asked Dermott Brereton to visit Norfolk Island, his thoughts were about Fletcher Christian, the 1788 Bounty
mutiny and big pine trees. He soon found out there was much more to the island than that. So much so that when Getaway
reporter Sorrel Wilby went there, she loved it so much the family packed up and moved there!
The tip of the massive volcano is thought to have surged from the ocean around 3 million years ago. It is a territory "under the authority" of Australia, but not owned by it. Australian citizens need a document of identity, obtainable from a post office. Norfolk finances its own education, police and airport.
There are around 1800 permanent residents who all speak English, of course, but you will hear them speaking Norf'k, a language derived from the Bounty mutineers and their Tahitian wives who settled Pitcairn Island in 1790. Norf'k was recognised as an endangered language by UNESCO in 2007.
Its long and complex history is fascinating. It is thought Tahitians settled there in the 14th or 15th century, stayed for a few generations and then left. Pitcairn islanders arrived in the 1800s. It became a dreadfully harsh penal colony and punishment by death was a regular occurrence.
The island is so hilly it's a good idea to hire a car so you can see more than is possible on foot. Remember chooks and cows on the road have right of way! It's also a good idea to learn the Norfolk wave. Everyone does it and it's proof of how friendly the islanders are.
Dermott took a look around Norfolk with Arthur Evans, a born and bred local and historian. His tours include a visit to the cemetery, a fascinating place to spend a couple of hours.
Kingston was once the hub of the island and its pier is still the lifeblood of the community with freighters arriving every six weeks with supplies. It also has the oldest cricket pitch in the Southern Hemisphere. The first match was played on it in 1838.
Governor's Lodge Resort Hotel
The 55 one-bedroom lodges are spread over five hectares of land that is part of a 20 hectare grant made to James Dawe in 1856. It's in the centre of the island and comes with complimentary car use. It has lots of Norfolk pines and tropical flowers, pool, heated spa and access to a tennis court.
Bailey's Restaurant has an à la carte, contemporary menu enjoyed in an early 1900s homestead. Its timber-lined colonial style is perfect for candlelit dinners and in summer guests dine on its flagstone verandah.
The cafe complements the old homestead. Diners enjoy breakfast or lunch surrounded by subtropical gardens where there is always something in bloom. They are very proud of their locally grown and roasted Arabica coffee.
Tropical Sea Kayaks
With around 32km of coastline, a great way to see the island is from the water so Dermott went kayaking with Peter Cassidy. He's a busy man and visitors see him working at the airport, running tourist accommodation, treks, glass-bottom boat tours as well as in a kayak. He also has a share in the local television station.
French explorer Jean-François de Galaup, comte de Lapérouse said in 1788 the island's coastline was so rugged it was fit only for angels and eagles. It is a place of secret bays, off-shore islands and haunting rock formations.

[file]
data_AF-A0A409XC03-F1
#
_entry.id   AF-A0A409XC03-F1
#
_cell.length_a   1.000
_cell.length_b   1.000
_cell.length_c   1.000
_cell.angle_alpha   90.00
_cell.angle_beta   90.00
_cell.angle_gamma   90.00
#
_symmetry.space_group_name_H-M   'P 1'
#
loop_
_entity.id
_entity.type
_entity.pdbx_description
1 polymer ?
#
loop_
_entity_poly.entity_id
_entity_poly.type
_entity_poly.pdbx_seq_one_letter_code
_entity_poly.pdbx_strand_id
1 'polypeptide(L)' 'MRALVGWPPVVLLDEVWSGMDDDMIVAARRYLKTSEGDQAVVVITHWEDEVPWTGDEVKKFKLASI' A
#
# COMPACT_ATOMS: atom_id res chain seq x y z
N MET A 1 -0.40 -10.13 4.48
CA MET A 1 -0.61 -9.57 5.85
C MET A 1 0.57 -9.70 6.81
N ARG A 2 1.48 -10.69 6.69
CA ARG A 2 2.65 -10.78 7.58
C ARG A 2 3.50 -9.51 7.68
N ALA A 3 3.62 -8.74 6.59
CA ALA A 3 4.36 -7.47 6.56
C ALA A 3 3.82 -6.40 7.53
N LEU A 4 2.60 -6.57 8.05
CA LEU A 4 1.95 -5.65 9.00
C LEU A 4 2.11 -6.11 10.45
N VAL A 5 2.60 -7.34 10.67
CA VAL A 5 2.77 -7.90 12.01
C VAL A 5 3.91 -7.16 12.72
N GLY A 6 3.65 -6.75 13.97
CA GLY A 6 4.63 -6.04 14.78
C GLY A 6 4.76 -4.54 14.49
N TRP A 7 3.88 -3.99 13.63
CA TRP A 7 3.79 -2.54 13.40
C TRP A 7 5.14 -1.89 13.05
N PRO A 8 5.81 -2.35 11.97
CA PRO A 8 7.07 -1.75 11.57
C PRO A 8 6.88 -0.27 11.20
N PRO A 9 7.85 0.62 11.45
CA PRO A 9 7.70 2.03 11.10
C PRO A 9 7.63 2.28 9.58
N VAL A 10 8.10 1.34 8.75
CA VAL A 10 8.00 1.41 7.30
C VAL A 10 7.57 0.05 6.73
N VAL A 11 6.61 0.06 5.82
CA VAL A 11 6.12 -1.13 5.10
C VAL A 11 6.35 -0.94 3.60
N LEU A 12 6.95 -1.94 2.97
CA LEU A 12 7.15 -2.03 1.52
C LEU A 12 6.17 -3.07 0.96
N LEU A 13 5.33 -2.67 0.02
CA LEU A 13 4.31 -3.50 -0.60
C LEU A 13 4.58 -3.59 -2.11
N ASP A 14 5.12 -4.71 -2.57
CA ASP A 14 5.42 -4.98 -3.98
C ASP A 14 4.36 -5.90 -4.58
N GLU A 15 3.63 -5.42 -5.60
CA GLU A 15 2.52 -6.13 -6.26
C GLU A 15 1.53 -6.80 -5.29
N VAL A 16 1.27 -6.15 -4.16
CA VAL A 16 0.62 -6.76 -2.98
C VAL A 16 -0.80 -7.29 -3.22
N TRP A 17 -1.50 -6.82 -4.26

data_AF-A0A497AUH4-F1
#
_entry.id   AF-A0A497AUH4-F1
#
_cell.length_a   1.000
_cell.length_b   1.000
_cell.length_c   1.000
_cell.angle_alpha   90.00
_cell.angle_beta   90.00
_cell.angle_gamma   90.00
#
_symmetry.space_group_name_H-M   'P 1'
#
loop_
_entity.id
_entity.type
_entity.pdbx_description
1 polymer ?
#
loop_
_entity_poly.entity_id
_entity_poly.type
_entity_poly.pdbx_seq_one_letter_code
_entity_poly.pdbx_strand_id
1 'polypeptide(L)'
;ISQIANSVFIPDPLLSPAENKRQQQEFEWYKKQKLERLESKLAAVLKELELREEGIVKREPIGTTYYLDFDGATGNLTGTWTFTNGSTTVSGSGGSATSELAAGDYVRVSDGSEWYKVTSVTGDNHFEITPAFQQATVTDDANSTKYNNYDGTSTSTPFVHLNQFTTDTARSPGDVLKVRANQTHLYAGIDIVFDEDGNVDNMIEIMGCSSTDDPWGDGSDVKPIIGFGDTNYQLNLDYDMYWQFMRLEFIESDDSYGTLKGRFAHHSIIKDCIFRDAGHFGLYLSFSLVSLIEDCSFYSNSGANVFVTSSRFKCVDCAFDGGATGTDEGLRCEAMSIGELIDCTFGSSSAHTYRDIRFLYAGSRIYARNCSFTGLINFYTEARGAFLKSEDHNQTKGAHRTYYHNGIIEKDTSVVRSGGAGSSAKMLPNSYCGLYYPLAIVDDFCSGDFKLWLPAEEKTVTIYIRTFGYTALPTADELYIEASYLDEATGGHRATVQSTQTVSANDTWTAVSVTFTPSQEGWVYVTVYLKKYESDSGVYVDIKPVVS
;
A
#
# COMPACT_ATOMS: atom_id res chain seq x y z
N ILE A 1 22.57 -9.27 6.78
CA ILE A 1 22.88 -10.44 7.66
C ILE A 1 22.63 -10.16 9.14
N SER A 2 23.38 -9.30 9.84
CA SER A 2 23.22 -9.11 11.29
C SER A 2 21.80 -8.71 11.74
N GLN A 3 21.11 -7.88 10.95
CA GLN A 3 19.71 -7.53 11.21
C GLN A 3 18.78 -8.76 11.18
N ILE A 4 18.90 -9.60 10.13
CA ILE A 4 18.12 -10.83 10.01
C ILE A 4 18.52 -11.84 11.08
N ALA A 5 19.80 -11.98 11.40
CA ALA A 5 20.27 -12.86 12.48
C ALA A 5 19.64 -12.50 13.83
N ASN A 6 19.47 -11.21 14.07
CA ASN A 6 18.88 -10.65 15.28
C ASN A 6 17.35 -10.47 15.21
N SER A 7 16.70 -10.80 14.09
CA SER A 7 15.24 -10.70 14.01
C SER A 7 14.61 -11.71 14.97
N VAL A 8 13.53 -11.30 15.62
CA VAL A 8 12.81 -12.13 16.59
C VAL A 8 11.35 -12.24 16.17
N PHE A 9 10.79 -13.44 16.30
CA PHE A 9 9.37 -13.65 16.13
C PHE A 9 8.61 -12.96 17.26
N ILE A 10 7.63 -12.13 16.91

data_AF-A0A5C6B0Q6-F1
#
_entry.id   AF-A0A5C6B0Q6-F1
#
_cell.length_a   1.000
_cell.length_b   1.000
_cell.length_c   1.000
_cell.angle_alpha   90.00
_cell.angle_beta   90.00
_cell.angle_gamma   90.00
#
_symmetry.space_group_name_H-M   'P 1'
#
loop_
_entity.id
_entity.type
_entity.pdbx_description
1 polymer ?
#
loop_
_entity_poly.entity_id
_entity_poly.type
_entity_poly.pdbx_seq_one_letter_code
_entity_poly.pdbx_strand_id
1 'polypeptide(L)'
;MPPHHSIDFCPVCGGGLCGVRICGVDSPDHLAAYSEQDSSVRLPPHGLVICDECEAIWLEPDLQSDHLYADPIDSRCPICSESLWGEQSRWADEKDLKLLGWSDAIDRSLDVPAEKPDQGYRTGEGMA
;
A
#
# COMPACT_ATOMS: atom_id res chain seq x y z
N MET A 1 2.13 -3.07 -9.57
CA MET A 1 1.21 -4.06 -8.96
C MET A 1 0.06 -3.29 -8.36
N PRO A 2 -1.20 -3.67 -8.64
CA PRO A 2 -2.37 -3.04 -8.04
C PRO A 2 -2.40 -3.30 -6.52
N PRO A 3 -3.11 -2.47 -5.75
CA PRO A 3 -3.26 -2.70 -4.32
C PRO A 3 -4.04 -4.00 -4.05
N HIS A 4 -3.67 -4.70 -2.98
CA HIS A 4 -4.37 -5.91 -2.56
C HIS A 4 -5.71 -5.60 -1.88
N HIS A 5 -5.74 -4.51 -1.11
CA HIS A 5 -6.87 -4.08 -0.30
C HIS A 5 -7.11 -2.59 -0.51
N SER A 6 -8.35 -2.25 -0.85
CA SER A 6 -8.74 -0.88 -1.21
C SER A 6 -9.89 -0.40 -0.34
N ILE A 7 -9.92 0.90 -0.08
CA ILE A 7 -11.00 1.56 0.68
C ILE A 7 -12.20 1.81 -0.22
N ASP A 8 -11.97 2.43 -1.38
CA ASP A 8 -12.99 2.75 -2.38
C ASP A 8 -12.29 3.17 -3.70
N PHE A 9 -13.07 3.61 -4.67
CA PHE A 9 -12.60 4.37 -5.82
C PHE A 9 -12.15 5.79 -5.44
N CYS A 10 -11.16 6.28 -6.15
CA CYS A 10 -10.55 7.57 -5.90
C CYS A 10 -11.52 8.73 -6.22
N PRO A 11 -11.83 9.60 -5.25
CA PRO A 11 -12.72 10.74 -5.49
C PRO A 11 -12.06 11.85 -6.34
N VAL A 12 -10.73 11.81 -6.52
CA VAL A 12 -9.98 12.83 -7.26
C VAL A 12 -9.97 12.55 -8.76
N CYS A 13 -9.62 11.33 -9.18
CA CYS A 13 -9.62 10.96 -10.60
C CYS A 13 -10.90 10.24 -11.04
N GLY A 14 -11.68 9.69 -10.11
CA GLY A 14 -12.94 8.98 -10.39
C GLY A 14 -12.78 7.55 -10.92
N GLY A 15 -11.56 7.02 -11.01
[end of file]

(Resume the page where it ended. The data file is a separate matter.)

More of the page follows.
Peter's tours can be a gentle or tough paddle it's up to you and they cover around 7km. They leave Cascade Pier and wind around to Captain Cook Lookout where you are treated to one of the best views of the island. You'll see green sea turtles, petrel and Tasman boobies flying about and at the right time, humpback whales frolicking in the water.
Norfolk Fish Fry
Now here's an island tradition not to miss. Run by Sam Sheridan, descendant of Fletcher Christian, the Fish Fry began with his mother 40 years ago as a family event. They caught fish, lit a fire and shallow fried the catch on the rocks. Now tourists join in and these days it's quite a feast of salads and traditional foods, laid out overlooking Puppy's Point.
It was a great place for Dermott to catch up with Sorrel Wilby. She and her family are locals these days and they all agree that it was the best move they've ever made.
One quirky thing Sorrel pointed out to Dermott was the local phone book. The slim directory is full of Christian, Christian-Bailey, Buffets, Quintals, Nobbs, Evans, Adams and McCoys, all descendents of the mutineers. With so many shared surnames, identification is made easier by the use of nicknames. You'll see Bodge, Loppy, Smudge, Toofie and Tatie, Bubby, Diddles, Hunky, Tardy and Pelly!
Related: learn more about the native Tahitians that settled Norfolk
Norfolk Island, a two-hour flight from Sydney.
Governor's Lodge rooms start at $235 a night.
Adventures Norfolk kayaks are $8 an hour or $20 for half a day.
Pinetree Tours Island Fish Fry costs $51 per person.
Aata Orn Tours with Arthur Evans cost $50 per person.
Norfolk Air has flights to Norfolk Island.
- Brisbane $644
- Newcastle $693
- Sydney $722
- Melbourne $792
Prices correct at September 23, 2010.
For further information
Ph: 1800 612 960
Governor's Lodge Resort Hotel
Queen Elizabeth Avenue
Ph: +6723 24400
Fax: +6732 4300
Ph: +6723 50208
Ph: +6723 22424
Fax: +6723 23024
Aata Orn Tours
Australian citizens need a Document of Identity, obtainable from a post office.